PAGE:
Communal Trouble Erupts In Tamil Nadu

Ramaswami Sampath

Ramaswami Sampath

Ramaswami Sampath

CHENAI:  Though notorious for frequent caste clashes, Tamil Nadu has by and large been free from communal strife. Of late, communalism has started raising its ugly head. The last communal clash pertained to the bomb blasts during the 1989 Lok Sabha election campaign in which the then BJP president L.K. Adavani  participated.

Rioting on a large scale erupted ten days ago in Comibatore and Tirupur cities, following the mysterious murder of the spokesman of the Hindu Munnani (Hindu Front), G. Sasikumar, while he was riding his two-wheeler at night. Though there were no casualties, mass destruction of public property was witnessed during the riots. The murderous attack was allegedly done by a still unidentified gang. Sasikumar, who was in the “hit list’ of the Kerala-based party headed by Madani, the main accused in the 1989 Coimbatore blasts case but set free by court, had been receiving phone calls threatening to eliminate him, it is alleged.

According to Hindu Munnani  leaders, the attack was by extremists of the Muslim community who were “envious of the unity of Hindus” in celebrating Vinayaka Chaturthi in the first week of September.

Leaders of several Hindu outfits are critical of the police for not arresting the perpetrators of this brutal murder. Though the police have arrested hundreds of rioters based on the CCTV footage available, they are still unable to zero in on the culprits. This has enraged further the supporters of Hindu Munnani who allege “official indifference” to such attacks on Hindus. Dravida Munnetra Kazhagam president M. Karunanidhi  has also criticised the” police inaction”. The investigation has since been handed over to the State CB-CID.

As a sequel to the murder of Sasikumar, a couple of days after the murder, a petrol bomb was hurled at the Bharatiya Janata Party office in Dindigul by a gang of extremists, damaging its shutters. The gang is also alleged to have assaulted the local Munnani  leader Shankar Ganesh, besides setting afire the car of another leader B.G. Bose. The BJP which organised a day’s bandh on these incidents condemning the attacks accused the police of “indifference when it comes to attacks on Hindu leaders”.

According to State secretary of the Hindu Munnani  J.S. Kishore Kumar the attackers of Sasikumar used deadly weapons to slit the back of his neck, apart from tearing his mouth and injuring hands. “The extremists were angry over the recent arrest of an Islamic State sympathiser who is living in Tirupur,” he said and alleged that people targeting Hindu community leaders “are getting support from Pakistan and Bangladesh”. Such systematic attack on Hindu leaders and BJP functionaries needed to be investigated thoroughly, he said and accused the intelligence wing of the police of failure to anticipate such incidents post-Vinayaka Chaturthi.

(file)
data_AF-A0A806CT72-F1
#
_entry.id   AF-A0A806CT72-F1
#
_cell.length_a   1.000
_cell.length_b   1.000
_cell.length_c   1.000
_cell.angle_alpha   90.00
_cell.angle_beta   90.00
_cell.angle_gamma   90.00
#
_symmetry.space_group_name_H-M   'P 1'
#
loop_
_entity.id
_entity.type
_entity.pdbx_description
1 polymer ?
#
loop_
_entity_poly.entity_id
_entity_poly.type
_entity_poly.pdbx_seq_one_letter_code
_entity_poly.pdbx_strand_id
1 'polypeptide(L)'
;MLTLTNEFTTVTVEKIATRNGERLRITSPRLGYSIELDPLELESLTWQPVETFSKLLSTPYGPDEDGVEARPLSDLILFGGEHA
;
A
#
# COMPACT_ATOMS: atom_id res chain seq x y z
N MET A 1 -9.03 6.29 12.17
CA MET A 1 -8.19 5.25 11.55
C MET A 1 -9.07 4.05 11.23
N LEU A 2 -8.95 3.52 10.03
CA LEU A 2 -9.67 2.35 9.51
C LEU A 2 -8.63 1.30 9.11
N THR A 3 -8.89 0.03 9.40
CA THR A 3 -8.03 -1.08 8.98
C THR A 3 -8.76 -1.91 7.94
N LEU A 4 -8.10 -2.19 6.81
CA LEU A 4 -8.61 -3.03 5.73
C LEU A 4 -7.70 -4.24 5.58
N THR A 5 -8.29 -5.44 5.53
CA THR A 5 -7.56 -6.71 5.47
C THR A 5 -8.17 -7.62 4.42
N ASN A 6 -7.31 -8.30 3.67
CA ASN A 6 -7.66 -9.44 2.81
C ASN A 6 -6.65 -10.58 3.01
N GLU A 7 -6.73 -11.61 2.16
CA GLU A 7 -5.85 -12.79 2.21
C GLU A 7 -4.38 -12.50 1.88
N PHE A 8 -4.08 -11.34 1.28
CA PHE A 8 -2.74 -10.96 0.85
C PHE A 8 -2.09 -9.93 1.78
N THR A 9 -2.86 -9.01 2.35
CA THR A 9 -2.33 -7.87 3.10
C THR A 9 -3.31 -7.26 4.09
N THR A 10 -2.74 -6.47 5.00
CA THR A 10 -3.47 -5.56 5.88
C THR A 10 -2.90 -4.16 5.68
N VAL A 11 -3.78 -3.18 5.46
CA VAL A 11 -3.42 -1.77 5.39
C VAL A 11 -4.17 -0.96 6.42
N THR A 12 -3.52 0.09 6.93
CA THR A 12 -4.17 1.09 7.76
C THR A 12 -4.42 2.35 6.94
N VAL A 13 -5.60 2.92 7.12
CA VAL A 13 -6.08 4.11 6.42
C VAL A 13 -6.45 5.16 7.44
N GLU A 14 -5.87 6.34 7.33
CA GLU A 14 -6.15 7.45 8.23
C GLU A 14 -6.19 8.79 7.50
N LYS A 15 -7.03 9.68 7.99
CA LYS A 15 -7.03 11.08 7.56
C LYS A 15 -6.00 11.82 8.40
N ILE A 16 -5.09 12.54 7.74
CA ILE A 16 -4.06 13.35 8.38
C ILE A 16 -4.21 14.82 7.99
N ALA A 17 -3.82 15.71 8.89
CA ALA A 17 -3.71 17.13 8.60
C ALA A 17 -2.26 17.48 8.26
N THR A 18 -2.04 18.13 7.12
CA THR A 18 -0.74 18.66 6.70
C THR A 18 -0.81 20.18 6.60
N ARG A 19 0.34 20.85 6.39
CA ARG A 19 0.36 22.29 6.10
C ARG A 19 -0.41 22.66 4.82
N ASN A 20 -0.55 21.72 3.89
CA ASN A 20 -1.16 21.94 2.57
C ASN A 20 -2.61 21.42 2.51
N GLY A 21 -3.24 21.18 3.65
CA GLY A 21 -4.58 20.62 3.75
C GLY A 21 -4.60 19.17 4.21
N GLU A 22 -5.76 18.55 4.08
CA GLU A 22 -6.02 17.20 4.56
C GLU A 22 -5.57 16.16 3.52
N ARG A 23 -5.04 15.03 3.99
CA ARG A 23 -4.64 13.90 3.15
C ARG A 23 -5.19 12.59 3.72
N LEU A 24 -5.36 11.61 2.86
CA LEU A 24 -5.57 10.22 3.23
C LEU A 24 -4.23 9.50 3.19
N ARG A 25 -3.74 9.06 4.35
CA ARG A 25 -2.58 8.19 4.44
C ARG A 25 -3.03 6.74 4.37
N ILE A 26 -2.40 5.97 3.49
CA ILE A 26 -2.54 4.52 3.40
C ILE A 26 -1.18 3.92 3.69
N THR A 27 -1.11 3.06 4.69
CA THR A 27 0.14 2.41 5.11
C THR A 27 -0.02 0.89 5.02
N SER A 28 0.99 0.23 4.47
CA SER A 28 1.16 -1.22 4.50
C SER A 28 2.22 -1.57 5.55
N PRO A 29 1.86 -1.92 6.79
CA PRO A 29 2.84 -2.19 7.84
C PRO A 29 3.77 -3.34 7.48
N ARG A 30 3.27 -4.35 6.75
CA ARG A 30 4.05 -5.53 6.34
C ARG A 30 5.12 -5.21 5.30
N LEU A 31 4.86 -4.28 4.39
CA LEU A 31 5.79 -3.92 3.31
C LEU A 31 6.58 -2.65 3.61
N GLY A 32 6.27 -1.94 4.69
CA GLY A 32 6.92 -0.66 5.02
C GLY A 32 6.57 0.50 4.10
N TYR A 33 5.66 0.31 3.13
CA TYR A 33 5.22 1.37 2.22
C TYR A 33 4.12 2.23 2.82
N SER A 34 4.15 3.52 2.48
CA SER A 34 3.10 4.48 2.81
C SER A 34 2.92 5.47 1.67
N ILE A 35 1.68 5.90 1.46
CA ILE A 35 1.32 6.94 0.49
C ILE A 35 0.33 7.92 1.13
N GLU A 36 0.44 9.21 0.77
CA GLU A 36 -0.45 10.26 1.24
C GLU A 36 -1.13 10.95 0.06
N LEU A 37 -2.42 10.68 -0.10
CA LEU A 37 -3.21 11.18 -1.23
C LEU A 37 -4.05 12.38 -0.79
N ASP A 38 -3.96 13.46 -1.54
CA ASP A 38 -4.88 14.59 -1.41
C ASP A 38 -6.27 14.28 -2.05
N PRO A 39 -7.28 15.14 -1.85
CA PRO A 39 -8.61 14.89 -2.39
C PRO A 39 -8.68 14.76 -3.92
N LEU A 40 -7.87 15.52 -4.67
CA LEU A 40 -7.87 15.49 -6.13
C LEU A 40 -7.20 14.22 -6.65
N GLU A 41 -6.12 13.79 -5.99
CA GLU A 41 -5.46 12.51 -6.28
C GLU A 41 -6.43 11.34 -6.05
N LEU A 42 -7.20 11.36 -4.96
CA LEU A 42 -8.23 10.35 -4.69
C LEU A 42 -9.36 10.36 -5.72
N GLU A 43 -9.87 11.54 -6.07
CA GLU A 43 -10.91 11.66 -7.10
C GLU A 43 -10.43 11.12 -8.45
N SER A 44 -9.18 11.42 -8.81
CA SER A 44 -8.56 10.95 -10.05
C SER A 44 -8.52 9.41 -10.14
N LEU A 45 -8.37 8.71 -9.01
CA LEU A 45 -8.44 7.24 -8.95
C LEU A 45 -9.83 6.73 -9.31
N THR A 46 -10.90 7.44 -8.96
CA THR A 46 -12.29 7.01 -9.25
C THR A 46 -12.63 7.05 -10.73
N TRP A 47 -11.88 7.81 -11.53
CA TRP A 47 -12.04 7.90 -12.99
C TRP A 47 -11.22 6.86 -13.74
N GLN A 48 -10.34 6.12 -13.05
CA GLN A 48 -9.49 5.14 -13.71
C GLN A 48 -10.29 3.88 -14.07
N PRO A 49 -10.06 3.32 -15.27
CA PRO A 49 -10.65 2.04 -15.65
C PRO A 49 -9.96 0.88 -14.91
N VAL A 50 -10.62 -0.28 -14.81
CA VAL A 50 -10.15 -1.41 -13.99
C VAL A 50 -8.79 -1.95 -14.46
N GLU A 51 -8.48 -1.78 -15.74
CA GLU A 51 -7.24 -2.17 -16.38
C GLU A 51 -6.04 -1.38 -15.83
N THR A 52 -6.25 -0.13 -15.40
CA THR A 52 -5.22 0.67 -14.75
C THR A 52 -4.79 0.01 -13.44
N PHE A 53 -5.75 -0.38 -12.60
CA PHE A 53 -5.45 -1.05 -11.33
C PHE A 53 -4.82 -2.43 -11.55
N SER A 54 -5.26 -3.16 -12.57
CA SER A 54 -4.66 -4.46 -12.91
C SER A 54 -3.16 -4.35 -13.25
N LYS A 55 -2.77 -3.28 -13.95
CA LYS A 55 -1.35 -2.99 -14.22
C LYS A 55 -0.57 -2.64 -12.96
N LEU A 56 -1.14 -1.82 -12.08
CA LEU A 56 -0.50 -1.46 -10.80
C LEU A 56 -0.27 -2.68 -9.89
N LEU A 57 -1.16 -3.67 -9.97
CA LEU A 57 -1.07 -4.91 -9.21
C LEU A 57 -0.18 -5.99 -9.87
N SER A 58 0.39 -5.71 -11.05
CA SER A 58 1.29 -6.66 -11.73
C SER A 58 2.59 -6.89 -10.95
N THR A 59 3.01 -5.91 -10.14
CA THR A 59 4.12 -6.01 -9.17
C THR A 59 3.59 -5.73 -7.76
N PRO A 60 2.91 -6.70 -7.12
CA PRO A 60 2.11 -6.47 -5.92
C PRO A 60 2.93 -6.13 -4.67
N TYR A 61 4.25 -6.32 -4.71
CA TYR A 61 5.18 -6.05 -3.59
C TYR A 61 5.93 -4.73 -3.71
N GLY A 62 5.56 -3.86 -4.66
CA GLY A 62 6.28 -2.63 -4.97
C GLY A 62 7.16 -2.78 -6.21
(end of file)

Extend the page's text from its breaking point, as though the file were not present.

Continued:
The Hindu Munnani, which held its State general body meeting at Tirupur on September 25, gave a call for installing mobile phone jammers in Tamil Nadu prisons, as it felt that most of the attacks on Hindu leaders like Sasikumar were masterminded inside prisons. State organiser of the Munnani K. Bhaktan told reporters after the meeting: “It is a known fact that mobile phones are smuggled and used in several prisons where terrorists are lodged. To prevent such an abuse, the Tamil Nadu prison authorities should follow the example of Puducherry Lt. Governor Kiran Bedi who has installed such jammers in the Union Territory’s prisons, replicating what she did during her tenure as New Delhi’s Tihar prison chief. He felt that this would go a long way in preventing extremist violence. While regretting the large-scale violence post the death of Sasikumar, the Munnani leader wondered why the police were targeting only the rioters without apprehending the murder culprits.

Union Minister for Shipping Pon. Radhakrishnan, who visited the BJP office in Dindigul, appealed to the Government and the police not to treat these as stray local incidents, since “there has been a sharp increase in attacks on leaders of the BJP and other Hindu orgainsations. He said that since 1989 leaders of the BJP and other Hindu organissatons had been victims of terrorist attacks, citing the killing of Nagaraj of Chinnalapatti and Selvaraj and Manickam of Dindigul. Had the police taken stern action earlier, such incidents could have been prevented. Stating that these attacks “are a challenge to national security since they are indulged in by terrorists”, he said that the State Government should realise that these issues were not between two religious communities, but between the State and terrorist groups.

Impartial observers in Tamil Nadu feel that incidents like Sasikumar’s murder and attack on Dindigul BJP office are the wake-up calls to the police intelligence wing to keep guard on extremist elements and sympathisers of the ISIS (Islamic State of Iraq and Syria) whose number is increasing in the State, lest the otherwise peaceful co-existence of Hindus and Muslims in the State would be disturbed causing more misery.  

Meanwhile, Yamuna, the widow of Sasikumar, attempted suicide by consuming poison on Wednesday. She was rushed to a private hospital in Coimbatore, where her condition is stated to be stable.

(The Author is a senior journalist and Prime Associate from Chennai)

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